SMOCER: Let me start with what FIs are doing. I think FIs have, historically, been concerned certainly about data breaches and about notifying customers where there is an impact to them directly when it comes to a data breach. I think we see an environment today that's diffused. Most of the data breach legislation that exists today exists at the state level, so organizations that operate in multiple states, or who have customers in multiple states, are often subject to many individual pieces of legislation that they have to comply with.

There's - at the federal level for financial institutions - the Gramm-Leach-Bliley Act and its requirements with regard to data breach that have been implemented by the agencies in the regulatory framework. To answer your question generally, there's always been and will continue to be a lot of concern with financial institutions to make sure they're adequately notifying their customers if a breach occurs. I think that's part of the whole trust equation that financial institutions recognize they have a strong responsibility in. I think though, when we look legislatively, we're beginning to see the emergence of the concept of perhaps having a national-level breach notification law, that law probably based on the "best of the best" of the state-level legislation that exists today. I think we in the financial services industry already to some extent have that from Gramm-Leach-Bliley compliance, but we still have the state laws, as well. We're looking at a way that makes sense for the industry to have perhaps less diffusion and more standardization so that customers, regardless of their location, are receiving the same, strong notification where that's appropriate.

Cybersecurity Best Practices

KITTEN: Beyond the legislation, what steps is BITS taking to help the industry develop cybersecurity best practices?

SMOCER: We're doing a number of things now. As always, we've tried to focus on, particularly, emerging issues to try and get ahead of the risk question. As you know, we have recently issued papers with regard to the use of social networking and with cloud computing. We're currently engaged in work around mobile financial services and the risks and mitigations that relate to the offering of products in that area. And as well, we continue to work on e-mail authentication standards. Most recently we're working with an organization called DMARC [Domain-based Message Authentication, Reporting and Conformance], that's working on trying to enhance some of the standards in this area to make implementation of e-mail authentication a little bit easier. We continue to focus on areas of concern to our members and, as I said, primarily emerging areas, to try and make sure that the industry as a whole stays ahead of the curve.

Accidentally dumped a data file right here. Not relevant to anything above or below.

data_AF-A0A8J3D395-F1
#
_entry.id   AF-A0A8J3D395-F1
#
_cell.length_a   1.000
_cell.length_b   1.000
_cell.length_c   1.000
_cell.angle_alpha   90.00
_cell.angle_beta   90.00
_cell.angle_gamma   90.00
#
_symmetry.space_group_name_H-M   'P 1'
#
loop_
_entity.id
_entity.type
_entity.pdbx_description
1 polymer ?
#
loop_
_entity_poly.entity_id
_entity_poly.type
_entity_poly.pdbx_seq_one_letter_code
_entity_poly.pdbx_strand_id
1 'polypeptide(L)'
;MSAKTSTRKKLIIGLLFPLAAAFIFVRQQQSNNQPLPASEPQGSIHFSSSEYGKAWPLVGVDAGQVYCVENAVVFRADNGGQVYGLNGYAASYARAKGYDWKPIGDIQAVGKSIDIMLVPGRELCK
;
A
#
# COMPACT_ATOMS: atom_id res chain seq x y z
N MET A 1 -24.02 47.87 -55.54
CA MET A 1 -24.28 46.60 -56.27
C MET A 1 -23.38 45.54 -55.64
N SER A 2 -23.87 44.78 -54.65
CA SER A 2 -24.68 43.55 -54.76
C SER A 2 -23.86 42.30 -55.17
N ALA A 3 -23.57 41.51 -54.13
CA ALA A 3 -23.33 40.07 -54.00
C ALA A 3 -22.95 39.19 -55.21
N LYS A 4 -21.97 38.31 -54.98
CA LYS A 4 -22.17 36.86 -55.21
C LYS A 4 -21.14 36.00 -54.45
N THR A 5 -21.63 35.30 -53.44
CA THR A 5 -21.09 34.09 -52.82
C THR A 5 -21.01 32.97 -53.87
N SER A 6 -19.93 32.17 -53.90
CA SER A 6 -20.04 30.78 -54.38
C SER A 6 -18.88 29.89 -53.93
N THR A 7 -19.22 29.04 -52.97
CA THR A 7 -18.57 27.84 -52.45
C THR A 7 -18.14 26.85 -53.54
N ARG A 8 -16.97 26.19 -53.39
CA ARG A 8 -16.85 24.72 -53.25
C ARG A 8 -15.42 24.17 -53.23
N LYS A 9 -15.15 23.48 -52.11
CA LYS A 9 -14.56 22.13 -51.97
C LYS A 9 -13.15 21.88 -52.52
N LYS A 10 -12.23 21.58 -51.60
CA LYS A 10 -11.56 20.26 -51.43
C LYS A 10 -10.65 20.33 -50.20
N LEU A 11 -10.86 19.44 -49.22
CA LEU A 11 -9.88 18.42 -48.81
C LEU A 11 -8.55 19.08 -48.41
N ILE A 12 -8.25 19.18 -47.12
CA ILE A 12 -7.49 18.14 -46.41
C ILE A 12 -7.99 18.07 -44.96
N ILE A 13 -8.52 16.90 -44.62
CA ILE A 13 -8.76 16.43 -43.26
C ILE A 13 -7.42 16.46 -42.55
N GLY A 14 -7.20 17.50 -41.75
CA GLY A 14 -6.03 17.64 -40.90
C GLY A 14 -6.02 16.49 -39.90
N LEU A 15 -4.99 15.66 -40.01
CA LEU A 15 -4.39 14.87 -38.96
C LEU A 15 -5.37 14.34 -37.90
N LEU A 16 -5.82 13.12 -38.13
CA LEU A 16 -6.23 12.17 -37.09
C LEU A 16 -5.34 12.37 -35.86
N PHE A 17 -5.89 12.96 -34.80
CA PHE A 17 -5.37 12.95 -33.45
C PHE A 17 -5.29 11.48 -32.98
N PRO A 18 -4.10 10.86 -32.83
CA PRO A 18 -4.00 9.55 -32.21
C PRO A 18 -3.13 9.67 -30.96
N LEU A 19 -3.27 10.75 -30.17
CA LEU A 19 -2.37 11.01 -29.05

KITTEN: Before we close, what advice could you offer institutions that are laying plans now for cybersecurity initiatives, such as some of the emerging technologies that you just talked about, and improvements in 2012?

SMOCER: If I were to offer a piece of advice, I would say continue doing what I believe everyone in the industry is doing, and that is: make sure that you're doing good, ongoing threat assessments of the environment, and understand the differences that are occurring in terms of threats to the infrastructure and in terms of threats being introduced by new products or changes to products. Financial institutions do a broad amount of threat assessment in a number of different categories, and it's that threat assessment that really helps them understand where the threats are, where controls need to be and where they need to invest their dollars going forward. As they develop their budgets, I think based on good threat assessments they make wise decisions about where to invest the dollars as is appropriate.